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Windows Bridge for iOS

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Windows Bridge for iOS

Microsoft makes it as easy as possible. Developers can import Xcode projects directly into Microsoft Visual Studio. Microsoft offers a tool that can analyze the code and recommend alternatives for services. For example, if an app uses iOS Maps, it may recommend Bing Maps.

It’s important to note this isn’t really a port. Instead, developers write apps in objective C which access Microsoft APIs. There is still quite a bit of effort required, but developers can reuse a lot of their existing code.

The extra effort may not be a bad thing. We all know that mobile app stores host a variety of poor quality apps. When mobile computing was first hyped, a lot of web authors basically made a mobile app out of static web content. Most of these apps don’t sell very well. In my opinion, they shouldn’t be apps in the first place. I personally don’t download any app that just offers static content. It’s a waste of space on my device. That’s what web sites are for! Apps should be applications and not just static content. It’s wannabe developers trying to jump on the app bandwagon.

Don’t expect these “crapps” to be ported to Windows 10. This isn’t a bad thing. Only the best and most successful apps will be ported to Windows 10, due to the effort required. It’s like natural selection for apps. This should offer Windows 10 users the best apps from competing operating systems. I expect major software companies and successful individual developers to bring their apps to Windows 10.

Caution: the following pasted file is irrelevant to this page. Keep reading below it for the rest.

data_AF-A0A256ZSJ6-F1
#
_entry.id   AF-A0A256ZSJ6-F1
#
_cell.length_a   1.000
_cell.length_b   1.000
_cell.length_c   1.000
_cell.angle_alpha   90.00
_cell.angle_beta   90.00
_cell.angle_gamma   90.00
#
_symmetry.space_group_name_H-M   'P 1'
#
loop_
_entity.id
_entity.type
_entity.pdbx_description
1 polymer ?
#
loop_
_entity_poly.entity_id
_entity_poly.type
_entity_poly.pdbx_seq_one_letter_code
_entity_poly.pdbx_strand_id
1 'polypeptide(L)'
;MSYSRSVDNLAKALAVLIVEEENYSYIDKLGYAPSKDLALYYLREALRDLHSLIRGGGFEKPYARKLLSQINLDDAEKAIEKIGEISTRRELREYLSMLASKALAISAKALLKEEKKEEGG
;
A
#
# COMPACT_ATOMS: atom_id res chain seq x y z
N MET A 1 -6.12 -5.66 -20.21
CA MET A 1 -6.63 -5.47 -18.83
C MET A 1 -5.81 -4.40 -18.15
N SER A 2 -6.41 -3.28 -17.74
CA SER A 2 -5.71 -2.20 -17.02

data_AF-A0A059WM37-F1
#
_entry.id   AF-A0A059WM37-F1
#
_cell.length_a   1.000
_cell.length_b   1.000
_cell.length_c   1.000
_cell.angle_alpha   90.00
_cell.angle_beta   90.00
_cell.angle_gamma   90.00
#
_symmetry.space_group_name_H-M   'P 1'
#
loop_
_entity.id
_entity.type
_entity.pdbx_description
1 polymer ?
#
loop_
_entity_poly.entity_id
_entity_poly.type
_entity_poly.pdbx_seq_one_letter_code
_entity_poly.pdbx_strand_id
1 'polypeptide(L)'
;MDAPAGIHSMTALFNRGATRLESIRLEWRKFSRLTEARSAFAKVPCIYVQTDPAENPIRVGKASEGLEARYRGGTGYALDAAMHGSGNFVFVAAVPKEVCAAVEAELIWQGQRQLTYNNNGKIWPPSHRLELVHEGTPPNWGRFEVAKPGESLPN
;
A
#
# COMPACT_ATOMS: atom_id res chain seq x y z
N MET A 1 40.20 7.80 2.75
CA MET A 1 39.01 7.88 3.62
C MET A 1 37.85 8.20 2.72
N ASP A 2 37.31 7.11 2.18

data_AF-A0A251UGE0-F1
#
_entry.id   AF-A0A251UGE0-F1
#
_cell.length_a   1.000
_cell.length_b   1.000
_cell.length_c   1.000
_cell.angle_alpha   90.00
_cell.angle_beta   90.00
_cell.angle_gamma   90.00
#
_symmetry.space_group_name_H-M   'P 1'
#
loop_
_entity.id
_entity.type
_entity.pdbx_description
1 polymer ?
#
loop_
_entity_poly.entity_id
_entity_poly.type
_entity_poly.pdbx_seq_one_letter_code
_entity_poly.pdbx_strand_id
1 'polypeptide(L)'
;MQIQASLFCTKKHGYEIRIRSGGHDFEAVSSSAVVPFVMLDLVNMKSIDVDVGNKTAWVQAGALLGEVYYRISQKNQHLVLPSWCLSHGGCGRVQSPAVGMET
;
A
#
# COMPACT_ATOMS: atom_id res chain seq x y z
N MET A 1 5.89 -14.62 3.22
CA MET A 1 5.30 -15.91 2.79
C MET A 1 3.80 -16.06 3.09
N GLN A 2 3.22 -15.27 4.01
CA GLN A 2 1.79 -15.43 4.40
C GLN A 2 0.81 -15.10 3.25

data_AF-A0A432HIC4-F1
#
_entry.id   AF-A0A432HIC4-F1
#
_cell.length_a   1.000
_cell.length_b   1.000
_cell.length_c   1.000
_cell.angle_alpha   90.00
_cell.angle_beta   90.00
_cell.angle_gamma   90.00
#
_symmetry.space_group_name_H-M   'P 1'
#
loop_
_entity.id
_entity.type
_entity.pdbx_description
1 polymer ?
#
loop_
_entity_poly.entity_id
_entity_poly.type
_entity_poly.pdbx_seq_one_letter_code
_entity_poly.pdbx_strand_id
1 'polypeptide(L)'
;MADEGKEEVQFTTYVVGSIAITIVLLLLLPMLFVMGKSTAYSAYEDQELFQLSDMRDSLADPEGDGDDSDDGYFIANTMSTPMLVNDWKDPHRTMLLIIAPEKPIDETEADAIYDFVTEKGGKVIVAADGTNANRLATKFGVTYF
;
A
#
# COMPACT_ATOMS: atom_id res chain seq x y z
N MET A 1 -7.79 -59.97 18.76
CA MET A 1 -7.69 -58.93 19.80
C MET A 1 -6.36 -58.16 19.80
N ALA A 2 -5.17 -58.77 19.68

I look forward to the Windows Bridge for iOS and Android. After using nothing but Apple products for the past 6 years, I am now considering purchasing an inexpensive Windows 10 2-in-1 notebook computer to replace my iPad 2. I found my iPad experience to be disappointing. The $700 device became obsolete in 3 years, but was never very capable. It’s just a bigger iPhone. A Windows 10 notebook may be a little heavier and bigger, but it is far more capable. It is a real computer that runs real apps, not watered-down mobile apps. You can run full versions of Microsoft Office and Photoshop. You can play real games, like World of Warcraft. A decent Windows 10 2-in-1 notebook costs half the price of an iPad.

As far as stability, Apple has proven, with iOS 8, to be no better than Microsoft. Some consumers will continue to buy Apple products with an almost Pavlovian response, much like a dog will sit even if you are no longer holding a treat. Apple has trained their fanboys well. I think Microsoft is finally moving in the right direction. Their market share has slipped a little, but they are poised for a major comeback. Hopefully, this will motivate Apple to improve quality.

I will still use my Mac and iPhone. I think they are excellent devices. But my adulation for Apple has come to an end. They fooled me with the iPad, but it opened my eyes. iOS 8 and Apple Music also showed me that Apple is capable of releasing deeply flawed products. There’s nothing wrong with owning an iPhone, Mac and Windows PC. If anything, it proves you’re not an irrational fanboy.

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